World Vision helps protect 304,900 livestock in Renk County to enable pastoralists to send children to school

By Lisi Emmanuel Alex, Communications Officer

South Sudan is blessed with different types of livestock ranging from cows, sheep, and goats to camels, donkeys, and horses in addition to poultry. However, the communities who own these animals still adhere to traditional ways of looking after the livestock where they shift from one location to another looking for pasture and water for the animals.

World Vision, in collaboration with State Ministry of Animal Resources in Upper Nile State, is training and equipping 82 community animal health workers to treat, vaccinate and deworm a total of 304,900 livestock in Melut and Renk Counties.

Livestock is the main source of income for many communities in South Sudan but their animals are frequently attacked by various types of diseases making it hard for parents to provide food for the children or pay for their needs such as school fees, food, clothes and other demands. World Vision is supporting the community through the ministry so that families will able to rear healthy animals.

The animal  health workers measure the exact weight of the cow so that they give the right doze of the medicine.

“The community animal health workers are expected to vaccinate more than 259,000 animals; 159,000 in Renk and 100,000 in Melut and on need basis treat and deworm an additional 45,900 animals in a period of 2 years,” says Titus Makali, the project’s manager. He added that the community animal health workers will also support in post-vaccination monitoring herds through collection of animal samples for laboratory testing and facilitate the post-vaccination surveillance, helping to monitor the effectiveness of the project.

Nazarene Gieth, World Vision’s Food Security and Livelihood Officer, explains that the highest population of South Sudan keep livestock and supporting them will open ways for them to have a better market for the animals so that they are able to support their children.

Nyang, a 45 year old nomad, has 150 cows in a cattle camp (a place where livestock are kept) of 1500 cows. He says “We are 29 cattle owners in this cattle camp and each person herd the whole cows for a week before the next person.” Besides looking after the livestock, Nyang is taking care of his two wives and six children. They live together at the cattle camp and they milk the cows every morning.

Dr.  Awad Hamid, the Deputy Director of Upper Nile State Ministry of Animal Resources inspects one of the cows in Renk during the vaccination session.

“We use to assume the treatment of our cows whenever they fall sick. We just go to the market and ask for Albendazol (a type of livestock medicine) for treating our cows and sometimes it can’t treat them,” Nyang added. “We do not have to worry anymore about our livestock getting sick because World Vision is helping us with the treatment.”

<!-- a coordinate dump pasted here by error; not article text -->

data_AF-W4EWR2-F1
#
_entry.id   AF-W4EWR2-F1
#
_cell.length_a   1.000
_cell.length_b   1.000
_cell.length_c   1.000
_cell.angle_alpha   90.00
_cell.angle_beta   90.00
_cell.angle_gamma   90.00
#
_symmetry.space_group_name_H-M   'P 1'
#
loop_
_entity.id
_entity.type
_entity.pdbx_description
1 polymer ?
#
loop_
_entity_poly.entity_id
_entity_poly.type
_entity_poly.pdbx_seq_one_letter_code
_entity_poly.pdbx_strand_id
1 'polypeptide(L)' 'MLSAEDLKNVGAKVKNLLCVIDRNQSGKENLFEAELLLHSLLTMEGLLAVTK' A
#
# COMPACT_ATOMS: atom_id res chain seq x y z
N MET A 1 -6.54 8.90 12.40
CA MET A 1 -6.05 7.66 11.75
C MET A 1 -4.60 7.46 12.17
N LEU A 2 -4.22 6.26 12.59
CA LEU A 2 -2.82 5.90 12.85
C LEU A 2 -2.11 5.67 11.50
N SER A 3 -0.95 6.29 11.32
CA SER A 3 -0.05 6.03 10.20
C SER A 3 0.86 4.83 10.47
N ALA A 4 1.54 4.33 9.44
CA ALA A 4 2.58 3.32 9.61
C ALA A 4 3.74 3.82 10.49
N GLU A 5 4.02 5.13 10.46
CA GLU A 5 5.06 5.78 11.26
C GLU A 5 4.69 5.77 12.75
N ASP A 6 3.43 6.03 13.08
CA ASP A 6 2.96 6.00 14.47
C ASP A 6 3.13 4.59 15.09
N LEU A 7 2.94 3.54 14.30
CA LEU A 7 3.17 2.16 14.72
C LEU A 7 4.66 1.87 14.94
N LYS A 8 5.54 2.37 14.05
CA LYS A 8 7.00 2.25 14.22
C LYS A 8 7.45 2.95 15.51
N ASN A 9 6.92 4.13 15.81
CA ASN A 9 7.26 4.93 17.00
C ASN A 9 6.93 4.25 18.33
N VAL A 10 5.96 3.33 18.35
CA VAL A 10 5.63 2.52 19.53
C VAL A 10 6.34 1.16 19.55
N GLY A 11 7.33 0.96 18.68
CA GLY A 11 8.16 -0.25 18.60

Veterinary Dr. Awad Hamid, the deputy director for Animal Resource Northern Upper Nile State explains that the common types of diseases found in Renk are worms, diarrhea, sheep pox, contagious caprine pleuropneumonia (CCPP), Contagious bovine pleuropneumonia (CBPP - also known as lung plague), black quarter and ticks.

The pastoralists also have a separate place close to the cattle camp for keeping shoats safe. The animal health workers are shown vaccinating them.

“We have started introducing the community animal health workers to practical work of vaccinating and treating the animals in Renk and I am sure with the support from World Vision these people will reach far areas to treat the livestock” stressed Hamid.

Deng is one of the animal health workers in training. He says “We treat from 30 to 35 livestock every time we go out. The first time I was scared, I thought the animals would be aggressive but now I am gaining much confidence in this work.”

“We want to work with the pastoralists treating their livestock so that they can settle and send their children to school. They are among the illiterate people of South Sudan,” says Nazarene. “This project is improving household food security, nutrition and income and enhanced livelihood resilience of pastoral and agro-pastoral communities”, he added.

Nazarene Gieth (left), World Vision’s Food Security and Livelihood Officer, Deputy Director Dr. Awad Hamid anda trainee at the cattle camp for the treat process.

The project is funded European Union and supported by Food Agriculture Organization and World Vision New Zealand with a goal of improving governance and conflict prevention to reduce forced displacement and irregular migration in cross-border areas of South Sudan and give children a chance to settle and start education.

The project is targeting all the Payams (sub-counties) of Renk and Melut County in ensuring Trans-boundary Animal Disease (TADs) prevention, detection and control measures are in place.

It will also help the pastoral and agro-pastoral communities with food security and nutritious food so as to strengthen livelihoods and improve natural resources protection in cross-border areas for long term sustainability.

The animal health workers arrive at a smoky cattle camp. Daily, the cattle keepers burn the collected cow dung to produce heat for the calves and their children in the early hours of the morning.